First Tracks in Sept
The streets of San Francisco,the almost Final chapter
Is a Lombard st. Skier Cross in the future?
FROM SF CHRONICLE/SFgate and a very cooperative Carolyn Jones
With almost no breeze and temperatures approaching 80 in San Francisco, dump trucks roared into Pacific Heights and began unloading 200 tons of snow on a steep Fillmore Street hill.
It was setup day for today's Icer Air 2005 -- a Tahoe-area company's promotional ski-jump spectacle that some nearby residents tried to stop over concern about neighborhood disruption, safety and liability.
"We're not sure why, but someone at the city seems determined for some reason to see this event go through at any cost," Crisp added. "The neighbors are deeply concerned."
After several delays, event organizers secured the last of their permits Tuesday night -- less than 24 hours before they started closing the streets around the intersection of Fillmore and Vallejo, where the ski jumpers will soar today.
The event was organized by Icer, a spray-on ski wax and apparel seller based in Verdi, Nev., and founded by Glen Griffin and Erik Gordon. Gordon, it turns out, played baseball with a young Gavin Newsom at Redwood High School in Marin County in the mid-1980s.
Griffin told The Chronicle that the idea for Icer Air had been hatched with Olympic skier Jonny Moseley, whose clothing line Icer sells, at the Balboa Cafe on Fillmore Street, which is owned by PlumpJack, the restaurant and resort company founded by the mayor.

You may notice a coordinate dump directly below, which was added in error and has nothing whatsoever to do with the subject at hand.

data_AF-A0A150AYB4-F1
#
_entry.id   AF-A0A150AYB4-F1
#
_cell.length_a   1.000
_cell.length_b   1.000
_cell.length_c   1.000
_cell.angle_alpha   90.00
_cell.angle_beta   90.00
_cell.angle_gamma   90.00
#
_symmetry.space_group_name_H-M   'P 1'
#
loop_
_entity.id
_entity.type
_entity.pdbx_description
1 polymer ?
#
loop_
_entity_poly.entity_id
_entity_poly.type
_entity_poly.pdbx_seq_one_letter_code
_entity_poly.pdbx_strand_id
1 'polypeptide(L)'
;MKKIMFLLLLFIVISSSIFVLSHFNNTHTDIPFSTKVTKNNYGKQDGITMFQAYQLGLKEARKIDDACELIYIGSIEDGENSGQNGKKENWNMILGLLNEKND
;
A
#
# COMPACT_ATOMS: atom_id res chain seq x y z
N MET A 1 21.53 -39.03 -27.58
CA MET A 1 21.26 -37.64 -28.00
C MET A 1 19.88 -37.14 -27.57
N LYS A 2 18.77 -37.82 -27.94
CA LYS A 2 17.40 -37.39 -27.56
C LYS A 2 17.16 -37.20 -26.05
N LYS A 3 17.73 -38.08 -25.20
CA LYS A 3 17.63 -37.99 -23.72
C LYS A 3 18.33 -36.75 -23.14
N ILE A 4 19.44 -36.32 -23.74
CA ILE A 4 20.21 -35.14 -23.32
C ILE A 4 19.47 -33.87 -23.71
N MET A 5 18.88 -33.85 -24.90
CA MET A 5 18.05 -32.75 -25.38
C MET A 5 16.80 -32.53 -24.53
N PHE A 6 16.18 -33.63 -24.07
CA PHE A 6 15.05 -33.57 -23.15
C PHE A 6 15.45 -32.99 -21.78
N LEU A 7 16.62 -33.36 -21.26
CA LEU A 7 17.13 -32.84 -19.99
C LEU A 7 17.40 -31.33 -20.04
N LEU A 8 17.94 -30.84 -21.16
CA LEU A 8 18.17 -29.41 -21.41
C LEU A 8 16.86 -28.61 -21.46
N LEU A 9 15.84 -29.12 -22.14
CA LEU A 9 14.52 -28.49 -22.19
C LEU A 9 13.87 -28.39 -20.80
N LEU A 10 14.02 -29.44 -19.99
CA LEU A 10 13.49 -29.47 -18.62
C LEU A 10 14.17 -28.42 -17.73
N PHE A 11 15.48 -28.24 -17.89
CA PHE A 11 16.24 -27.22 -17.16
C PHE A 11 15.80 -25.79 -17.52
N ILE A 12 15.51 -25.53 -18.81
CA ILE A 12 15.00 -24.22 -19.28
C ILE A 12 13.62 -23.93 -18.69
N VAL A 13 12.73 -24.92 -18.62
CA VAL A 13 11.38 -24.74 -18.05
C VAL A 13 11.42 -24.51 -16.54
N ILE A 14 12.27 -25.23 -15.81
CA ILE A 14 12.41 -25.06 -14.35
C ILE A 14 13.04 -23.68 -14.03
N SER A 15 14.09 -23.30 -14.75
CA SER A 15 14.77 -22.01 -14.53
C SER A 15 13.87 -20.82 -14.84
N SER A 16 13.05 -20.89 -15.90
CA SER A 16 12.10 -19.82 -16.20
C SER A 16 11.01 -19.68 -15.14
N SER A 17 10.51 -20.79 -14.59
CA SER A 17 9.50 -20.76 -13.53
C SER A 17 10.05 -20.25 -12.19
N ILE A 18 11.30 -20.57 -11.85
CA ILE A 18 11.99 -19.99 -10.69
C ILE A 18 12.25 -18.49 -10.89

"I'm sure the mayor doesn't even know that PlumpJack is a sponsor," Ragone said last week.
Organizers hit some obstacles while trying to obtain city street-closure and sound permits for Icer Air -- and they agreed to some midcourse corrections.
Ultimately, the city bureaucracy proved accommodating.
In August, when complaints about the event started to reach City Hall, including those from a bride who planned to be married at the Flood mansion on Broadway, the mayor asked Icer to postpone the competition, originally scheduled for Aug. 27.
Icer delayed and agreed to reapply for permits. Organizers also tried to respond to neighborhood concerns, holding community meetings to answer questions, moving the event from a weekend to a weekday and promising other changes.
On Wednesday, crowds gathered to watch contractors set up barricades, rails and cables -- and roll a gray indoor-outdoor carpet down Fillmore Street from Broadway to Green. The carpet is meant to hold the snow in place.
Snow will be made on site by ice machines. Some of it was spread on the hill Wednesday afternoon, and a fresh batch will be laid down today. The ski jump is supposed to have 10 feet of snow and be held together with rails and cables.
Today at noon, thousands of ski fans and curiosity seekers are expected to watch Moseley, who grew up in Marin, and 20 other professional skiers and snowboarders ski down Fillmore, soar off a ski jump at the Vallejo intersection, perform midair tricks and, it is hoped, land near Green Street. Bales of hay will protect them from skiing into oncoming traffic if they can't stop in time.
"We're definitely coming out to see the snow -- or slush -- tomorrow," said Katie Gorman of San Francisco, the nanny of the 3-year-old child she brought along to watch the setup Wednesday. "I don't know about the weather, though. It'll be great footage, with the blue sky, but I don't know if they can keep it icy."
Icer is donating some of its proceeds to Hurricane Katrina relief and a group called Boarders for Breast Cancer, the company says.
To placate neighbors and the city, Icer also is paying for dozens of police officers, firefighters, paramedics and private security to be present throughout the event. They've also banned food and alcohol.
"I don't know what all the neighbors are complaining about," said Frankie Marx, who's lived in the neighborhood for 37 years and was out Wednesday to watch Moseley direct the contractors. "They should just relax and have fun, then come back to my apartment for champagne afterward."
Courtesy of Carolyn Jones at email@example.com.